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Castle Rock apartment tenants told they must get rid of their guns

4:22 PM, Aug 7, 2013   |    comments
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CASTLE ROCK - Retired Marine Art Dorsch says his Second Amendment rights are in danger.

His apartment complex, the Oakwood Apartments in Castle Rock, sent out a notice telling all residents to get rid of their guns.

UPDATE: Castle Rock apartment's controversial policy banning firearms is thrown out

The 77-year-old retired US Marine Corps veteran sent a newstip to 9Wants to Know saying he's afraid he'll be homeless if he doesn't comply.

The letter went out to residents on August 1 and says they have until October 1 to comply with updated "community policies."

On page 2 is a brand new provision saying "firearms and weapons are prohibited."

"It upsets me very much," Dorsch said.

As of October 1, residents cannot display, use, or possess any firearms or weapons of any kind, anywhere on the property.

"I'm a hunter. I'm a licensed conceal and carry person," Dorsch said.

Dorsch says the guns, which he keeps securely locked in a safe, make him feel secure in his home.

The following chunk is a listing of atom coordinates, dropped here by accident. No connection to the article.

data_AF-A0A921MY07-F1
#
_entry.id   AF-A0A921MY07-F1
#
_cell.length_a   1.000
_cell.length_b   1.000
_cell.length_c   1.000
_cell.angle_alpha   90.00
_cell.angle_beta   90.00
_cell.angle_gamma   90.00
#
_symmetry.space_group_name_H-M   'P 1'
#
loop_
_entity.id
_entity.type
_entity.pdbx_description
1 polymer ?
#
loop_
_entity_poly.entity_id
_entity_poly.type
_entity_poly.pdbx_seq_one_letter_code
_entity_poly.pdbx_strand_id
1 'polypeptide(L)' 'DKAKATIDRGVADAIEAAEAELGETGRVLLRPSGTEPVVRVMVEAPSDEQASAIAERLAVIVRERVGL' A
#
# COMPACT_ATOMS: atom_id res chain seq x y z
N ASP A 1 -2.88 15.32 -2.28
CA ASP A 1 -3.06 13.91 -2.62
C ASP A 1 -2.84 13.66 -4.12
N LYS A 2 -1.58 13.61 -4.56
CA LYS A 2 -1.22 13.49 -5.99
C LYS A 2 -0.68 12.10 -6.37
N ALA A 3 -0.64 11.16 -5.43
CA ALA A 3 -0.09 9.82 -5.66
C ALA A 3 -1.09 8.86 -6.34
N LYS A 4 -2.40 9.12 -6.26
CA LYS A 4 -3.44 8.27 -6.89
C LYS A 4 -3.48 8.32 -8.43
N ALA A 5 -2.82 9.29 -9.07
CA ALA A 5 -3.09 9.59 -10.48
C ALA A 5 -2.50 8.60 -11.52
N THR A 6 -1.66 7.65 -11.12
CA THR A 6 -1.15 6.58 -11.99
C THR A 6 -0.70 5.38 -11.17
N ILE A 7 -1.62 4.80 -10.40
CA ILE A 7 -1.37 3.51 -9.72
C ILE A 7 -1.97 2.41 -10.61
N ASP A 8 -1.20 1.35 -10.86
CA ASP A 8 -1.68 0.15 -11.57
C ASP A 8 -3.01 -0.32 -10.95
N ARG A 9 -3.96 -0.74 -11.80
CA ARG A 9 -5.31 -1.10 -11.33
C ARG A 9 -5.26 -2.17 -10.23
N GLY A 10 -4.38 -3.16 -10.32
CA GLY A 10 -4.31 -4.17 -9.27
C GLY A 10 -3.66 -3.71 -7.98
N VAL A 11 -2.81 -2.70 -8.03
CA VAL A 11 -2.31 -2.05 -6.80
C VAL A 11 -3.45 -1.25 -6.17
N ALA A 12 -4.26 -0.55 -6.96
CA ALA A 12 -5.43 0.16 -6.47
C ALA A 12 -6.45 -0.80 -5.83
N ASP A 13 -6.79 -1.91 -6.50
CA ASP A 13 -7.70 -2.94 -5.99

"They want to take them all away from me. They say I can't live here," he said.

Dorsh says apartment managers told him to give up the guns and stay, give notice and move out voluntarily, or be forced to move out if he doesn't comply with the new policy.

Nobody answered the door at the apartment office on Tuesday afternoon.

When reached by phone, Brooke Young, Ross Management Group regional manager, said "It's our policy not to comment to the news media," before hanging up.

"The best thing this tenant can do is either move out or get rid of the guns," 9NEWS legal analyst Scott Robinson said.

Robinson says, in most cases, courts have supported the rights of landlords to impose "reasonable regulations" on tenants.

"The question is: is an outright ban of firearms reasonable in light of the US Constitution?" Robinson said.

Dorsch says the issue goes beyond the Second Amendment.

"I'm vulnerable. I'm not safe," Dorsch said.

If he loses his guns, Dorsch says he loses so much more.

"My freedom," Dorsch said. "Yeah it's emotional. Because I don't think it's fair."

Dorsch says he barely has enough money to live, never mind hire a lawyer.

So, if he's not able to fight the new rules, he says he'll have no choice but to leave his guns with a friend who lives 30 miles away.

He hopes he'll still be able to go hunting, as he has every year since 1953.

(KUSA-TV © 2013 Multimedia Holdings Corporation)

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